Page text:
Your insurance policy contains something called the ‘Failure to Take Care’ clause, which refers to reckless driving. This means that if you or your driver were driving recklessly your insurer might refuse to pay out your claim. There is also a ‘Breach of Road Traffic Regulations’ clause, so if for example you were speeding at the time of the accident, your claim might also be rejected. It goes without saying that if you are involved in an accident while driving under the influence of alcohol, your claim will not be paid out.

Also, relevant here is unlawfully leaving the scene of an accident. Legislation prescribes that a driver involved in an accident where a person or animal is killed or injured or any property (including another vehicle) is damaged, must stop the vehicle to ascertain the extent of any damage or injury sustained and report the accident to the relevant police department within 24 hours of it happening (unless prevented from doing so because of injury). Failure to do so could be grounds for rejection of the claim.

  1. Tracking and security devices not fitted

If your insurance cover is conditional upon the fitment of a satellite tracking device and you fail to comply, your claim will be rejected. The same goes for alarms, immobilisers and gear locks.

  1. Vehicle inspection not carried out

Most insurers insist that your vehicle is inspected on inception of the policy. This is to check for any pre-existing damage to the vehicle. If this inspection is not done, you are in breach of contract and your claim will be rejected.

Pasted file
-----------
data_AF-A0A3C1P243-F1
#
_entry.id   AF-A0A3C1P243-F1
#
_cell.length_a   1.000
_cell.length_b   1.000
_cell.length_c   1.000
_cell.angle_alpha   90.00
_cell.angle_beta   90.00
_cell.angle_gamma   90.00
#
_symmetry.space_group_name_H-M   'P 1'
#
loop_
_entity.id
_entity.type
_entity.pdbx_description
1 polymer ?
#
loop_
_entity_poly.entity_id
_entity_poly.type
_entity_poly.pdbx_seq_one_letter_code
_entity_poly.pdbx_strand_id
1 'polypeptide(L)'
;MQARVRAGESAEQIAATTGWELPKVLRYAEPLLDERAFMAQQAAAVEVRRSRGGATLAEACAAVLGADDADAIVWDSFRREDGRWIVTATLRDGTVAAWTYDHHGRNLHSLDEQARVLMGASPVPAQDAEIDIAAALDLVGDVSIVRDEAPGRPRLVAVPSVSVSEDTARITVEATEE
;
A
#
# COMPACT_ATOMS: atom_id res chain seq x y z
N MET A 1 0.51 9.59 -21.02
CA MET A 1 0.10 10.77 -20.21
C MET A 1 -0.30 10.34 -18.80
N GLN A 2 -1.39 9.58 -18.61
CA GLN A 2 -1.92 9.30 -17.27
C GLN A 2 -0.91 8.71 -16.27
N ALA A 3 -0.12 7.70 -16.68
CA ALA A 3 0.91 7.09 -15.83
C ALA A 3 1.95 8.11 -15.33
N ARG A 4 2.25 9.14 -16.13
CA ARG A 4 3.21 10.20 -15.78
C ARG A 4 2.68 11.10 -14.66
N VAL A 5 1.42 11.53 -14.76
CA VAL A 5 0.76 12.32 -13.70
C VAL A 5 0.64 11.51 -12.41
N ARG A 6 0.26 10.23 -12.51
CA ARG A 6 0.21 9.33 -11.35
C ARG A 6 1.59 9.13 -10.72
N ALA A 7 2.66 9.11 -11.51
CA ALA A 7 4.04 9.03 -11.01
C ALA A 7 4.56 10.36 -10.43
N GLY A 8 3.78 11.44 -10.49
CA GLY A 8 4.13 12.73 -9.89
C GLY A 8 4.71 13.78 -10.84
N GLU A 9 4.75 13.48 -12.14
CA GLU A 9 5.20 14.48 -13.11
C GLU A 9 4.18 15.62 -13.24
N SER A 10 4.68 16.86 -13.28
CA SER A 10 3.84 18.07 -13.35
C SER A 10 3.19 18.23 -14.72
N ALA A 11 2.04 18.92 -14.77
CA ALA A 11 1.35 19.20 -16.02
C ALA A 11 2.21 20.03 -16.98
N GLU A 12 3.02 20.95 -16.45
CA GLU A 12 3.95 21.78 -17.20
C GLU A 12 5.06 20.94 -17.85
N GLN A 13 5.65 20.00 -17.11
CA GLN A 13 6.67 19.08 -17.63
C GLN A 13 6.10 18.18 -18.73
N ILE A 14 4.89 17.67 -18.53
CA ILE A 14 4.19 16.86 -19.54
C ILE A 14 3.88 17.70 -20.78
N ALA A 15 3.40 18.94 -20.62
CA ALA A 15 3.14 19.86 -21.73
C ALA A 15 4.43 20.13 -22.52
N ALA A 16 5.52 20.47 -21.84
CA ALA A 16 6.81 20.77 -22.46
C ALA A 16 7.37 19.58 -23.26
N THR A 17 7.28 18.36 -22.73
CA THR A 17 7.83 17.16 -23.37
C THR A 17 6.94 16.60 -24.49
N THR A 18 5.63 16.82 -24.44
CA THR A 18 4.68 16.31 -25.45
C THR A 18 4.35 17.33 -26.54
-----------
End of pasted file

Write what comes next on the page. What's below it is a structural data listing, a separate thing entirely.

1. Vehicle not parked securely at night

Insurers want to know where your vehicle is parked at night. If you state that your car is parked securely in a locked garage at night, but it is found that you regularly leave it outside, you will not be paid out if it is stolen or broken into.

Keep to your end of the deal

Follow these tips to reduce the chances of your claim being rejected.

Read the fine print: Make sure that you understand the terms and conditions of your policy. This includes items such as the excess and exclusions.

Be honest and upfront: Don’t withhold any information from your insurer. Be honest about who will be driving the car and if the car will be used for business purposes. Disclose any accidents you have claimed for in the past.

Keep your vehicle well maintained: If your vehicle is deemed to be unroadworthy in any way your claim will be rejected so keep up to date with services and maintenance.

Drive responsibly: Any reckless behaviour that leads to an accident could see your claim being rejected so don’t drink and drive, obey the rules of the road and don’t speed.

Stick to your promises: If you stated, for example, that the vehicle is kept in a locked garage at night, don’t park it outside.

If you have a policy with us, our dedicated claims consultants will be on hand to help you settle your claims and to give you all the advice you need. Contact us immediately on 087 233 8771 should your vehicle be involved in an accident.

* This article is provided for informational purposes only and should not be construed as legal or financial advice.